The nucleotide sequences of the cloned fragments were translated in to amino acid sequences using ExPASy (Expert Protein Analysis System) Translate Tool, a proteomics server of Bioinformatics. The deduced amino acid sequences were subjected to motif analyses using the online version of CLUSTALW multiple alignment program of European Bioinformatics Institute (Thompson et al. 1997). The amino acid sequences of the RGAs were compared with protein sequences deposited in the GenBank using BLASTP algorithm (Altschul et al. 1997). Pair wise comparison of RGA sequences with known R-gene sequences at NBS region was made using BL2SEQ algorithm (Tatusova and Madden, 1999). In addition to these, amino acid sequences of RGAs isolated from the model legumes Glycine max (Kanazin et al. 1996), Pisum sativum (Timmerman-Vaughan et al. 2000) and Medicago truncatula (Cannon et al. 2002) were retrieved from the GenBank and were trimmed to start and end at the P-loop and GLPL motifs to facilitate accurate alignments with the sequences cloned in the present study. The Jalview Java alignment editor was used to construct average distance tree based on BLOSUM62 (Clamp et al. 2004).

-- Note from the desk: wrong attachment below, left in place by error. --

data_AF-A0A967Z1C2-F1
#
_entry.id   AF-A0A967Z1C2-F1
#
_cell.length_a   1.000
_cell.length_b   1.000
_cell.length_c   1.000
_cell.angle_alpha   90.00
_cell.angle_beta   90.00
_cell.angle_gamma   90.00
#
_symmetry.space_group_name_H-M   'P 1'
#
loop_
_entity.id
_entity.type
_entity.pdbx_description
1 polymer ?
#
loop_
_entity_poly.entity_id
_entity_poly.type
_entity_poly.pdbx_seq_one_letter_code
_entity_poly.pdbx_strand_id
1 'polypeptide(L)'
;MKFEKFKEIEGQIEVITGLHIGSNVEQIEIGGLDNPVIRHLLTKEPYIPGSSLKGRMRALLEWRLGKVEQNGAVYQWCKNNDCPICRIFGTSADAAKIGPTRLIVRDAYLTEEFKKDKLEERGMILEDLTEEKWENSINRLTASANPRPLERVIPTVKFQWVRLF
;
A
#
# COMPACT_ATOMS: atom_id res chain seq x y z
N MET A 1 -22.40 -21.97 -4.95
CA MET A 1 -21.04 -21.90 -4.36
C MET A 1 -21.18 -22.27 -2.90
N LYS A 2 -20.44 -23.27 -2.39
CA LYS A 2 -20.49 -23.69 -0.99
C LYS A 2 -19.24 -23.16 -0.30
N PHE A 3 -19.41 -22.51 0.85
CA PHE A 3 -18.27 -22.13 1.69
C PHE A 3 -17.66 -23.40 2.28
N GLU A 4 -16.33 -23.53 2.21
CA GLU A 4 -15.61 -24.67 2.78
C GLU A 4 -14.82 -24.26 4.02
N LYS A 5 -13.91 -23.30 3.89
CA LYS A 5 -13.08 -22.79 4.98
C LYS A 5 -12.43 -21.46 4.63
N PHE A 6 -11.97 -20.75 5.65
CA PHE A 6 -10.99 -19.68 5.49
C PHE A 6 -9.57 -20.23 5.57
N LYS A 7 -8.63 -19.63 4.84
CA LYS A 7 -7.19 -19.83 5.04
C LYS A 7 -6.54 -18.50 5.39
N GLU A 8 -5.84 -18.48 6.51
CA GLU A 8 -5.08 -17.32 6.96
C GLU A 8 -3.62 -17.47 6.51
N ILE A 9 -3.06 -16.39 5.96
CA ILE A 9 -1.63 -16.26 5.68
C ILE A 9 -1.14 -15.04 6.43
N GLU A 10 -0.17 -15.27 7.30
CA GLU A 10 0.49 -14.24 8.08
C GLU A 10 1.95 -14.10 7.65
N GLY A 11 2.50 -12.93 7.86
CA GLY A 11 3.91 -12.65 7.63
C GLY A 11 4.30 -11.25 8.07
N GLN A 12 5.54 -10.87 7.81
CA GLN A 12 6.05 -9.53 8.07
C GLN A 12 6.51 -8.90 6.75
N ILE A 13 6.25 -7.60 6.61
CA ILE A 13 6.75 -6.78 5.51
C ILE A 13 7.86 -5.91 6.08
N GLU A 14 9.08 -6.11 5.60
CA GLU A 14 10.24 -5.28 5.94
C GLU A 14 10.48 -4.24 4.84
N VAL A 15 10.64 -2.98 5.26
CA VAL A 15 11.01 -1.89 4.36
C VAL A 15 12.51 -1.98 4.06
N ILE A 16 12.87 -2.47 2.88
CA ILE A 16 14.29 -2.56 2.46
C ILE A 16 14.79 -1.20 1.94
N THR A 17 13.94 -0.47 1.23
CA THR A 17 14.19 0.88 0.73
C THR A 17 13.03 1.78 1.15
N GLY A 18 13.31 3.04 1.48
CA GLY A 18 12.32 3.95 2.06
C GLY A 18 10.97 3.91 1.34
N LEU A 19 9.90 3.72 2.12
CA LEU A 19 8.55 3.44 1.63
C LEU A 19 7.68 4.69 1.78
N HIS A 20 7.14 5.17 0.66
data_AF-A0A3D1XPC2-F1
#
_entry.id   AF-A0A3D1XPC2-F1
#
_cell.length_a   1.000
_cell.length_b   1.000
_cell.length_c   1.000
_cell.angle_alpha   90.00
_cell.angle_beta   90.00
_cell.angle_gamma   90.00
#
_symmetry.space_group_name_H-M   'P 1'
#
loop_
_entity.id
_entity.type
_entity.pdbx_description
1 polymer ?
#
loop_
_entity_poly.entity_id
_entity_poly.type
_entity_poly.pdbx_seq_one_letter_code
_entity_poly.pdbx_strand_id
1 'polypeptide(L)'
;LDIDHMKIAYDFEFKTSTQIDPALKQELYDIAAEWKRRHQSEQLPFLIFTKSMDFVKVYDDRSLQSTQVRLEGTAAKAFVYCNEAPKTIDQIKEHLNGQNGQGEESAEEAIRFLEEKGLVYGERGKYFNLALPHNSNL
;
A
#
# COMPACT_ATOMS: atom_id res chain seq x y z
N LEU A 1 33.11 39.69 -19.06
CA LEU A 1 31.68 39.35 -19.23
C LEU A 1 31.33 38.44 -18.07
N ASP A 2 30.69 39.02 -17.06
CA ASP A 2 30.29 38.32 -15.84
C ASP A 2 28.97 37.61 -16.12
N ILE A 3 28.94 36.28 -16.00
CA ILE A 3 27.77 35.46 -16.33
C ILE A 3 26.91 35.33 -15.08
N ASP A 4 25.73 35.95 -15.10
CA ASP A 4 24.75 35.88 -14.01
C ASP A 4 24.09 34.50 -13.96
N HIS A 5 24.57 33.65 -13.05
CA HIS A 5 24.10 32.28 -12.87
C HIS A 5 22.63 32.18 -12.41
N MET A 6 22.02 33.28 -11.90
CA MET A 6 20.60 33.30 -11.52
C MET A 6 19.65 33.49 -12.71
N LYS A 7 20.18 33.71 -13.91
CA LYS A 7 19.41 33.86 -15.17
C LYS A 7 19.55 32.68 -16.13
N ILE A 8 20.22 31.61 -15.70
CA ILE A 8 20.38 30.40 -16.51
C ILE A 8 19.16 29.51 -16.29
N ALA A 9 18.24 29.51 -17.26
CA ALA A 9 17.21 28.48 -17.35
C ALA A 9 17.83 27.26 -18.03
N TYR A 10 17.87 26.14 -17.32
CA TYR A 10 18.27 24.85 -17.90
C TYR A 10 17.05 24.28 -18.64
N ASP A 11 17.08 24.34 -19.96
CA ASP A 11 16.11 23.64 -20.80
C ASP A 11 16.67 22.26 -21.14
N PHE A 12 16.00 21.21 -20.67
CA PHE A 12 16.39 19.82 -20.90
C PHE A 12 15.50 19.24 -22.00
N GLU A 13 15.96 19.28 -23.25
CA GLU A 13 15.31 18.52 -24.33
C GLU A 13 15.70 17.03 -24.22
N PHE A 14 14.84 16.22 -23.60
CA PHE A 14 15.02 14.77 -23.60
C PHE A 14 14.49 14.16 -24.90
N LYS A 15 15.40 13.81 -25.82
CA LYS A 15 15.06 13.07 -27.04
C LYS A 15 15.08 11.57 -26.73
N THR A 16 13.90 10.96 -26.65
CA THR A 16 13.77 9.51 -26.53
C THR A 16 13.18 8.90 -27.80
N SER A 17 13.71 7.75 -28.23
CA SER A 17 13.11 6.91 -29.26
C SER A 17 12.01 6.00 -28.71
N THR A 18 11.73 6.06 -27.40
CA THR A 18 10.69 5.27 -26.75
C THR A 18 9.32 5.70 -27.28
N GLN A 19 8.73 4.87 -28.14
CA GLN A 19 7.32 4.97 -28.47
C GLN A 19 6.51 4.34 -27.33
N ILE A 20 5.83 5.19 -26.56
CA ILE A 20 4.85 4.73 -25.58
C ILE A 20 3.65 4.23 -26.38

The discovery of conserved motifs among the NBS-LRR class resistance genes opens the avenue for the use of PCR based strategy in isolating and cloning R gene family members and analogs using degenerate or specific primers. This approach thus provides an alternative to the classical methods of transposan tagging and map-based cloning strategies used so far (Seah et al. 1998). In earlier studies, co-amplification of non specific fragments apart from the expected amplicon (500-600 bp) was observed in crops like soybean (Yu et al. 1996), rice (Mago et al. 1999) and sorghum (Totad et al. 2005). Increasing the stringency of PCR condition by adopting higher annealing temperature, “hot start” and “touch-down” protocols were not successful in obtaining the more specific fragment in Cucumis melo (Brotman et al. 2002). However, in the present study we were successful in amplifying only the targeted RGA fragment (as was expected from the distance between the sequence motifs in N gene of tobacco and RPS2 of Arabidopsis thaliana) from the genomic DNA of A. pavonina, C. ternatea, P. glabra and S. trilobatum probably due to high stringency PCR conditions combined with touch-down strategy (Figure 1).